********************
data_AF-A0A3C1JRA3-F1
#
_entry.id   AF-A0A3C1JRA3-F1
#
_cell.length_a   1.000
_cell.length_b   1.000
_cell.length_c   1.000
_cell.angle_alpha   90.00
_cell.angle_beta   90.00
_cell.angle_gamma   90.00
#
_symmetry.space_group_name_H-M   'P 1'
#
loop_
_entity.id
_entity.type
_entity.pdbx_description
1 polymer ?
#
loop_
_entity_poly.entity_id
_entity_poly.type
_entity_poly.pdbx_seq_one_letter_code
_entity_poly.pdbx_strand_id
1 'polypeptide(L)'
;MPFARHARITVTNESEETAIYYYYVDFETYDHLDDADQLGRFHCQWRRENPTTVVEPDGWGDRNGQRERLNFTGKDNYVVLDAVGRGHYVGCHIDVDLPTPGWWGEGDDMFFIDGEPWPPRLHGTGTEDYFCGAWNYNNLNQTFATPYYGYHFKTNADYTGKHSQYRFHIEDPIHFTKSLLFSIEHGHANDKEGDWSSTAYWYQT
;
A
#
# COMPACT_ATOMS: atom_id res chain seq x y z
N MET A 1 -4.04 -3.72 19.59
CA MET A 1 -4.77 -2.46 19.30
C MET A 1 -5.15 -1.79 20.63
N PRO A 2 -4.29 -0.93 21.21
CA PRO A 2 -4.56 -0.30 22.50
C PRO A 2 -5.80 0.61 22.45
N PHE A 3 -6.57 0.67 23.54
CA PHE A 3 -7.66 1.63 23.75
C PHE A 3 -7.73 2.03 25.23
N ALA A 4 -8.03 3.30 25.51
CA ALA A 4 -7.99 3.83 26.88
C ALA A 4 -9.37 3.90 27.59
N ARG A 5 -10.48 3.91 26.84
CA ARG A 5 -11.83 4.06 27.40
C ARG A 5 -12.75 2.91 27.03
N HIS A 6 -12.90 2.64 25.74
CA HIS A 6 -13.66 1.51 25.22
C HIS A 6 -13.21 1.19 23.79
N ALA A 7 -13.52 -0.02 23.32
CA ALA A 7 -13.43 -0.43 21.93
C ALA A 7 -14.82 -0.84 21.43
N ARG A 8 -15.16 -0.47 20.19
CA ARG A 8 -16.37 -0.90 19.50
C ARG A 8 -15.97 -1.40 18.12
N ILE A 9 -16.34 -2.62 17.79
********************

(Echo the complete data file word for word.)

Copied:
data_AF-A0A3C1JRA3-F1
#
_entry.id   AF-A0A3C1JRA3-F1
#
_cell.length_a   1.000
_cell.length_b   1.000
_cell.length_c   1.000
_cell.angle_alpha   90.00
_cell.angle_beta   90.00
_cell.angle_gamma   90.00
#
_symmetry.space_group_name_H-M   'P 1'
#
loop_
_entity.id
_entity.type
_entity.pdbx_description
1 polymer ?
#
loop_
_entity_poly.entity_id
_entity_poly.type
_entity_poly.pdbx_seq_one_letter_code
_entity_poly.pdbx_strand_id
1 'polypeptide(L)'
;MPFARHARITVTNESEETAIYYYYVDFETYDHLDDADQLGRFHCQWRRENPTTVVEPDGWGDRNGQRERLNFTGKDNYVVLDAVGRGHYVGCHIDVDLPTPGWWGEGDDMFFIDGEPWPPRLHGTGTEDYFCGAWNYNNLNQTFATPYYGYHFKTNADYTGKHSQYRFHIEDPIHFTKSLLFSIEHGHANDKEGDWSSTAYWYQT
;
A
#
# COMPACT_ATOMS: atom_id res chain seq x y z
N MET A 1 -4.04 -3.72 19.59
CA MET A 1 -4.77 -2.46 19.30
C MET A 1 -5.15 -1.79 20.63
N PRO A 2 -4.29 -0.93 21.21
CA PRO A 2 -4.56 -0.30 22.50
C PRO A 2 -5.80 0.61 22.45
N PHE A 3 -6.57 0.67 23.54
CA PHE A 3 -7.66 1.63 23.75
C PHE A 3 -7.73 2.03 25.23
N ALA A 4 -8.03 3.30 25.51
CA ALA A 4 -7.99 3.83 26.88
C ALA A 4 -9.37 3.90 27.59
N ARG A 5 -10.48 3.91 26.84
CA ARG A 5 -11.83 4.06 27.40
C ARG A 5 -12.75 2.91 27.03
N HIS A 6 -12.90 2.64 25.74
CA HIS A 6 -13.66 1.51 25.22
C HIS A 6 -13.21 1.19 23.79
N ALA A 7 -13.52 -0.02 23.32
CA ALA A 7 -13.43 -0.43 21.93
C ALA A 7 -14.82 -0.84 21.43
N ARG A 8 -15.16 -0.47 20.19
CA ARG A 8 -16.37 -0.90 19.50
C ARG A 8 -15.97 -1.40 18.12
N ILE A 9 -16.34 -2.62 17.79